I was asked the following question on Quora: “How do you most easily memorize Brodmann’s areas?”. The question details added the following comment: “Brodmann area 7 is honestly where the numbering starts to seem really arbitrary.” Here’s how I responded:
Yup. The Brodmann numbering system for cortical areas is arbitrary. If you find a mnemonic, do let us know!
I’m a computational modeler working in an anatomy lab, so I confront the deficits in my anatomical knowledge on a daily basis! I can barely remember the handful of Brodmann areas relevant to my project, let alone the full list! I have a diagram of the areas taped up next to my monitor. 🙂
Neuroanatomists become familiar with the brain’s geography over years and years of “travel” through the brain. Think of it like this: what they’re doing is like navigating a city that doesn’t have a neat New York -style city block structure with sensibly numbered streets and avenues. Boston, where I live, is largely lacking in regularity, so one really has to use landmarks — like the Charles River, the Citgo sign, or the Prudential Center. The landmarks for neuroanatomists are sulci and gyri. Over time they learn the Brodmann area numbers. Only instead of a 2D city, neuroanatomists are mapping a 3D planet!
Over the years my lab — theat Boston University — has developed a structural model that explains cortical areas and their interconnections in terms of cytoarchitectonic features. They don’t have a naming/addressing system, but at least they provide a way to make sense of the forest of areas!
Fig 1. Schematic representation of four broad cortical types. Agranular and dysgranular cortices are of the limbic type. Figure from .
The structural model [1,2] is based on the observation that the 6-layer nature ofis not uniform, but varies systematically. The simplest parts of the cortex are the “limbic” cortices, which include posterior orbitofrontal and anterior cingulate cortices. Limbic cortices have around 4 distinct layers. The most differentiated parts of the cortex are the “eulaminate” cortices, which include primary sensory areas, and some (but not all!) parts of the prefrontal cortex, such as dorsolateral prefrontal cortex. Eulaminate cortices have 6 easily distinguished layers. [See Fig 1]. Interestingly, there is some evidence that the simplest cortices are phylogenetically oldest, and that the most differentiated are most recent.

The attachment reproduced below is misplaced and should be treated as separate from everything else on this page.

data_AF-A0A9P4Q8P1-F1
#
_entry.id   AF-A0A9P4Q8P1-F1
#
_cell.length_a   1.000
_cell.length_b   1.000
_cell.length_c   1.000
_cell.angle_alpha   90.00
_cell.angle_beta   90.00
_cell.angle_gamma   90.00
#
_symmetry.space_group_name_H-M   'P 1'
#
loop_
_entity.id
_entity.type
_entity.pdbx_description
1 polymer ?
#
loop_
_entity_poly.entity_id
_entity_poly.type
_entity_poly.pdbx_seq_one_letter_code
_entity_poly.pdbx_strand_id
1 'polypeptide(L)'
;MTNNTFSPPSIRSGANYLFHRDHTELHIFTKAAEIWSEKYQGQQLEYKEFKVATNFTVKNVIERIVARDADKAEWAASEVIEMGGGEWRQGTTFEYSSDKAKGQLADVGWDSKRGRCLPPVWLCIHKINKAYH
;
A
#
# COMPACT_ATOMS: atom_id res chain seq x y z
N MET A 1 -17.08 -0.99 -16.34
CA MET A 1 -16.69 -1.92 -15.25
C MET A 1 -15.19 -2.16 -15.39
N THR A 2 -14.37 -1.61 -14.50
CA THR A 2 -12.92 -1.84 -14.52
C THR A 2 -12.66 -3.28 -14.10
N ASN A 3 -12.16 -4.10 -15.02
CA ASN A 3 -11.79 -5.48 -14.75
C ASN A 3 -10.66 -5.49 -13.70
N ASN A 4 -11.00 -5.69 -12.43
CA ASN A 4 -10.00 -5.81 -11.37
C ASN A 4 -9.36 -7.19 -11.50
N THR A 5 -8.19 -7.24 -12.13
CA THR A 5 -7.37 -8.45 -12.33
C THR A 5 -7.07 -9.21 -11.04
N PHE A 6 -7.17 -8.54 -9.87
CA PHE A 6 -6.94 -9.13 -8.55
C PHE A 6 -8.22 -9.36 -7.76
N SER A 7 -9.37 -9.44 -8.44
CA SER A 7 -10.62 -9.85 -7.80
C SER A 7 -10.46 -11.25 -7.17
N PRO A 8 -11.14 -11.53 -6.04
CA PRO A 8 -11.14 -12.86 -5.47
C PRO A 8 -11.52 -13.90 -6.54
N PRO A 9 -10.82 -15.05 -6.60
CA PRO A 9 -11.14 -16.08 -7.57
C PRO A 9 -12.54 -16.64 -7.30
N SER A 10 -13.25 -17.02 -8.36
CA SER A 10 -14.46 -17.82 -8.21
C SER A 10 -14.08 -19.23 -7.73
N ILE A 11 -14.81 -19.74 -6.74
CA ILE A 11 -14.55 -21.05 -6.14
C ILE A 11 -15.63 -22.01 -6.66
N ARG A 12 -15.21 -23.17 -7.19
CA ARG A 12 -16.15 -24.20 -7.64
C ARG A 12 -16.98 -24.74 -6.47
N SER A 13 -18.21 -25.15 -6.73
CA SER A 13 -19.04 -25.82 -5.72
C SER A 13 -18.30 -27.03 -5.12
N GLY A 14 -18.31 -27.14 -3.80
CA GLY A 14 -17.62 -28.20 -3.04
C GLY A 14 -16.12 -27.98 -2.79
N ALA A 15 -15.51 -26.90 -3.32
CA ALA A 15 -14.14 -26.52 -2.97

Fig 2. Schematic representation of cortico-cortical projections. Figure from .
Every functional cortical hierarchy* consists of a spectrum of cortices from limbic to eulaminate areas. Areas which are similar tend to be more strongly connected to each other, with many layers linking to each other in a way that can be described as “columnar”, “lateral” or “symmetric”. Dissimilar areas are generally more weakly connected, and have an “asymmetric” laminar pattern of connections, in which projections from a less differentiated area to a more differentiated area originate in deep layers (5 and 6), and terminate in superficial layers (1,2 and 3). Projections from a more differentiated area to a less differentiated area have the opposite pattern: they originate in superficial layers (2 and 3), and terminate in deep layers (4,5 and 6). [See Fig 2.]
For more on the details of the model, check out the references [1,2]. My boss, Helen Barbas, just submitted a short review about the structural model. When it is out I will append it to this answer.
To return to the city analogy, the structural model tells us that we can infer the (transportation/social/cultural?) links between pairs of neighborhoods based on what the two neighborhoods look like. If the structural model were true for cities, then neighborhoods that have similar houses and street layouts would be more closely linked that dissimilar neighborhoods. Similar neighborhoods would have one type of linkage (the “symmetric” type), whereas dissimilar neighborhoods would have another (the “asymmetric” type).
 Dombrowski SM, Hilgetag CC, Barbas H (2001) Quantitative architecture distinguishes prefrontal cortical systems in the rhesus monkey. Cereb Cortex 11: 975-988.
 Barbas H, Rempel-Clower N (1997) Cortical structure predicts the pattern of corticocortical connections. Cereb Cortex 7: 635-646.
*might be a better description than hierarchy.